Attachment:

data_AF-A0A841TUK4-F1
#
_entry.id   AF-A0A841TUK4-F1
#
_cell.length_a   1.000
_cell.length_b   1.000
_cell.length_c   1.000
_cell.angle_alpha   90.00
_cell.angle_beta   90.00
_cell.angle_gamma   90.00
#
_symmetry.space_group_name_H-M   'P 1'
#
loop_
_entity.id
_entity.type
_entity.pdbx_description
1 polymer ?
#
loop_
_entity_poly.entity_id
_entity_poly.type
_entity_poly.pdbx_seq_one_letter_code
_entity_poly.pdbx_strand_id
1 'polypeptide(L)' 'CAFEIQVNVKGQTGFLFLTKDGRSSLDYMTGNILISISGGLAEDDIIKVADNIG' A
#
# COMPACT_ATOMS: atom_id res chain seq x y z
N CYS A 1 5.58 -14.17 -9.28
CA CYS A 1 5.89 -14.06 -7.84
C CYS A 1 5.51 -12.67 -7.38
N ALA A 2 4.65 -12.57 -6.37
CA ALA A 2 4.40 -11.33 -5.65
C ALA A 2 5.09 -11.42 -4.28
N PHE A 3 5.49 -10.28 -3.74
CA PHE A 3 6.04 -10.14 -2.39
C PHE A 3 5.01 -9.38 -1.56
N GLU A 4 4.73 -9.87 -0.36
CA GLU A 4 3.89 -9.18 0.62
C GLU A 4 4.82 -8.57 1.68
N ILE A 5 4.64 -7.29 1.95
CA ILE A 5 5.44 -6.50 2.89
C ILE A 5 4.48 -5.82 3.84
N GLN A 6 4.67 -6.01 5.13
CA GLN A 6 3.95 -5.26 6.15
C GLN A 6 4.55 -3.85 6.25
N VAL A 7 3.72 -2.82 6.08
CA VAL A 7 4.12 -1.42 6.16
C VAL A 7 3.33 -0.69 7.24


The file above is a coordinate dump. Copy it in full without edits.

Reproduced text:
data_AF-A0A841TUK4-F1
#
_entry.id   AF-A0A841TUK4-F1
#
_cell.length_a   1.000
_cell.length_b   1.000
_cell.length_c   1.000
_cell.angle_alpha   90.00
_cell.angle_beta   90.00
_cell.angle_gamma   90.00
#
_symmetry.space_group_name_H-M   'P 1'
#
loop_
_entity.id
_entity.type
_entity.pdbx_description
1 polymer ?
#
loop_
_entity_poly.entity_id
_entity_poly.type
_entity_poly.pdbx_seq_one_letter_code
_entity_poly.pdbx_strand_id
1 'polypeptide(L)' 'CAFEIQVNVKGQTGFLFLTKDGRSSLDYMTGNILISISGGLAEDDIIKVADNIG' A
#
# COMPACT_ATOMS: atom_id res chain seq x y z
N CYS A 1 5.58 -14.17 -9.28
CA CYS A 1 5.89 -14.06 -7.84
C CYS A 1 5.51 -12.67 -7.38
N ALA A 2 4.65 -12.57 -6.37
CA ALA A 2 4.40 -11.33 -5.65
C ALA A 2 5.09 -11.42 -4.28
N PHE A 3 5.49 -10.28 -3.74
CA PHE A 3 6.04 -10.14 -2.39
C PHE A 3 5.01 -9.38 -1.56
N GLU A 4 4.73 -9.87 -0.36
CA GLU A 4 3.89 -9.18 0.62
C GLU A 4 4.82 -8.57 1.68
N ILE A 5 4.64 -7.29 1.95
CA ILE A 5 5.44 -6.50 2.89
C ILE A 5 4.48 -5.82 3.84
N GLN A 6 4.67 -6.01 5.13
CA GLN A 6 3.95 -5.26 6.15
C GLN A 6 4.55 -3.85 6.25
N VAL A 7 3.72 -2.82 6.08
CA VAL A 7 4.12 -1.42 6.16
C VAL A 7 3.33 -0.69 7.24